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Do You Know These 3 Figures in Women’s History?

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In 1987, Congress declared March as National Women’s History Month in an effort to honor the extraordinary achievements of American women. This month, let’s take a look at three women in American history.

  1. Rose Marie McCoy—America’s Secret Songwriter (1922-2015)

Born in Arkansas, Rose moved to New York City when she was 19, hoping to make it big as a singer. Although she was a talented performer, her real talent was her ability to write songs. In the late ‘40s, Rose started writing music for some of the biggest stars in the business. Several large record companies tried to sign her to their labels, but Rose turned them down. She liked being her own boss. In entirety, Rose wrote about 850 songs. In fact, she kept writing music until she died in 2015.

  1. Mary Edwards Walker—The Only Woman to Win the Medal of Honor (1832-1919)

After the Civil War started in 1861, Mary Edwards Walker tried to join the Union as a doctor, but the military wasn’t willing to promote her to the position of medical officer. Infuriated and eager to help the war effort, she volunteered at the Indiana Hospital where she treated Union soldiers, all free of charge. In addition to treating gunshot wounds and diseases, Mary acted as a Yankee spy. The Confederates imprisoned her for several months before finally exchanging her for one of their own doctors.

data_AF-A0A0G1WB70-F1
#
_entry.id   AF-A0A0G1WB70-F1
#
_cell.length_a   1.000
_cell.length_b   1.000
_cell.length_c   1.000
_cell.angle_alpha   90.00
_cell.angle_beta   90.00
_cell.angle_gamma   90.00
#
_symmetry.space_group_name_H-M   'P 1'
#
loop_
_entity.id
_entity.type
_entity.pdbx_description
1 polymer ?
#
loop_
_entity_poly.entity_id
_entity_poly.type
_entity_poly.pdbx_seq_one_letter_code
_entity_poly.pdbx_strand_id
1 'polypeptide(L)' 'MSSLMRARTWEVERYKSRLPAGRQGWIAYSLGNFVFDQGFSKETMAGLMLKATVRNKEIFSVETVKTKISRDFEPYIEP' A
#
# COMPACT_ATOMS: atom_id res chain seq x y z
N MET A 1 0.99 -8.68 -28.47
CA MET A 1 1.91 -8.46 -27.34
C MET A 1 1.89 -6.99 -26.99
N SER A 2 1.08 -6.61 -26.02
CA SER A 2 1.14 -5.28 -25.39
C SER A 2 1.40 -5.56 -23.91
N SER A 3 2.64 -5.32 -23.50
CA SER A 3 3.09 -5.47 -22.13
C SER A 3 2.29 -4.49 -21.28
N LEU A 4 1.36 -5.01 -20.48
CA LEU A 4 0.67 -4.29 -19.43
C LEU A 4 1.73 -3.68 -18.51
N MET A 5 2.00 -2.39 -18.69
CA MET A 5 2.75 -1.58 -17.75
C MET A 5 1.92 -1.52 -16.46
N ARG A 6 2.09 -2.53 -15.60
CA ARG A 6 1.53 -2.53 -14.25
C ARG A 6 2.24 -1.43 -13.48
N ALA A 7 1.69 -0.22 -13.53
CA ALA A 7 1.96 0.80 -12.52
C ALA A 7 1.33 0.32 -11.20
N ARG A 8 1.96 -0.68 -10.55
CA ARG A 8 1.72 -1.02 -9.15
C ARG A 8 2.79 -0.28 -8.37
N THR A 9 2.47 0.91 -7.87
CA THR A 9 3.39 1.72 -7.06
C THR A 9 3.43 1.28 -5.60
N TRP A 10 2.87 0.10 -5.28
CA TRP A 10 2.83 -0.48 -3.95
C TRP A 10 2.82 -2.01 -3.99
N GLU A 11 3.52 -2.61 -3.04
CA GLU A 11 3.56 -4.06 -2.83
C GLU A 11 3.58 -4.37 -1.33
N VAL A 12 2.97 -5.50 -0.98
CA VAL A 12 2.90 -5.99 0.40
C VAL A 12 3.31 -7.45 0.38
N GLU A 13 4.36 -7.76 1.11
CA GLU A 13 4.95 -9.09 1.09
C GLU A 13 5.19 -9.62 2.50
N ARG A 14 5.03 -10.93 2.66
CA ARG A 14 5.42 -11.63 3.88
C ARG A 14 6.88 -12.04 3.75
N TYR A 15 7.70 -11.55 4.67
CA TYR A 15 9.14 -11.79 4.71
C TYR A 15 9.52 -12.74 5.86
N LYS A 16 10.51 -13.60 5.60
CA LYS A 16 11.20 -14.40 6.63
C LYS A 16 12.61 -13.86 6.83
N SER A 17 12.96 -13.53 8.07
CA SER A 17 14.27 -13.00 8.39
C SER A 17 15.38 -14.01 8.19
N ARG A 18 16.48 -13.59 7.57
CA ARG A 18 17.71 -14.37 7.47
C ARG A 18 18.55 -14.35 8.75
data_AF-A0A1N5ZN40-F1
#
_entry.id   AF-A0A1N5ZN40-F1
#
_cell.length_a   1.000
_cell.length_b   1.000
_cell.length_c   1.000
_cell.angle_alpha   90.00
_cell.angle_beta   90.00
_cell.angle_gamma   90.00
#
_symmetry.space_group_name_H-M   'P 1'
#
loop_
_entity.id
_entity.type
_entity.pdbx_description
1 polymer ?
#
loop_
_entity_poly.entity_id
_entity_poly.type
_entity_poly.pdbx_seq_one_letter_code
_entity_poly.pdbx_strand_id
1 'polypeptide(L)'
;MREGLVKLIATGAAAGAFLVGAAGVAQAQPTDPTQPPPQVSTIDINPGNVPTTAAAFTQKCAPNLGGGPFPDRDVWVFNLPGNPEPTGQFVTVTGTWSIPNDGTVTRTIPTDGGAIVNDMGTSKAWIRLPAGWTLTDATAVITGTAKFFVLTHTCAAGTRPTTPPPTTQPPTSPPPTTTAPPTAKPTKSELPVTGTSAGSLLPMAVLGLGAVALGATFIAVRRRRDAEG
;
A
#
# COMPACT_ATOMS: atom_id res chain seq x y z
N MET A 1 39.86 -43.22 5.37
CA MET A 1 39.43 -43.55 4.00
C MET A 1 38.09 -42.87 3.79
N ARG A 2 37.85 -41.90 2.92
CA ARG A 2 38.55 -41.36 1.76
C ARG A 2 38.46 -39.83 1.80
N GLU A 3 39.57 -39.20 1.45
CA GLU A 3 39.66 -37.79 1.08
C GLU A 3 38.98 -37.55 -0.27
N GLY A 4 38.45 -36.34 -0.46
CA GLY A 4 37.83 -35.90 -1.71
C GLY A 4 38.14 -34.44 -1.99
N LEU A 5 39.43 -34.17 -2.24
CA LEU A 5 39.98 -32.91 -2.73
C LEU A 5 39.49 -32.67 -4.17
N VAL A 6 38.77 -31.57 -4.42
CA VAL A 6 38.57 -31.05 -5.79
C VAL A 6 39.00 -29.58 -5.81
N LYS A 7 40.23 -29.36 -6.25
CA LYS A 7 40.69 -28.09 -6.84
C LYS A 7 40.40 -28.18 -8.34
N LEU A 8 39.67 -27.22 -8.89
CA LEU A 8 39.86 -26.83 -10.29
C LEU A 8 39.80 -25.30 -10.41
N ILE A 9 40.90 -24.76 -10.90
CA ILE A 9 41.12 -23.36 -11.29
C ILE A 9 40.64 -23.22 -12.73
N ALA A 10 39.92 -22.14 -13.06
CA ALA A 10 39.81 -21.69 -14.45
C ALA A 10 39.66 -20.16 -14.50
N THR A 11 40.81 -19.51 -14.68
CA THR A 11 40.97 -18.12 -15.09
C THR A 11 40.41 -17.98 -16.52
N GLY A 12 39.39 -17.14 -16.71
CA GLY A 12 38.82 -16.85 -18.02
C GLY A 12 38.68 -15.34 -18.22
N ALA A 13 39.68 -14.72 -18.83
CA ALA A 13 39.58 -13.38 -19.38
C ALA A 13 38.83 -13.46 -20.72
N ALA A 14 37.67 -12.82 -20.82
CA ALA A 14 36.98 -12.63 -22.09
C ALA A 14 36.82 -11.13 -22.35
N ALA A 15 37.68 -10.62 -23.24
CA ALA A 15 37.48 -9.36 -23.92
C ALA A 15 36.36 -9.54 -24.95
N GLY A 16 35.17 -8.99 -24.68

After the war was over, Mary Walker made history when President Andrew Johnson awarded her the Medal of Honor, making her the first and only woman to win the award. In 1917, when Congress asked her to return the medal because they decided the Medal of Honor could only be awarded to soldiers who’d seen combat, she refused. Mary Walker allegedly wore the medal until the day she died. Although she wasn’t alive to witness it, former President Jimmy Carter reinstated Mary’s Medal of Honor when he was elected president in the 1970s, acknowledging her service to her country.

  1. Grace Hopper “Amazing Grace” (1906-1992)

 

In 1943, in the midst of the Second World War, The Navy assigned Grace Hopper to a project at Harvard, where she helped program the first computer in the country—the Mark I. When a moth shorted out the Mark II, Hopper joked that the computer had to be “debugged,” and the term stuck.

In 1952, she and her team created the first compiler—something essential to computer programmers—which helped translate source code written in one computer language into another. Hopper helped develop the COBOL programming language and was promoted to rear admiral in 1983. At age 79, she was the oldest active-duty commissioned officer in the Navy. Her invaluable work helped expand the scope of modern computing.

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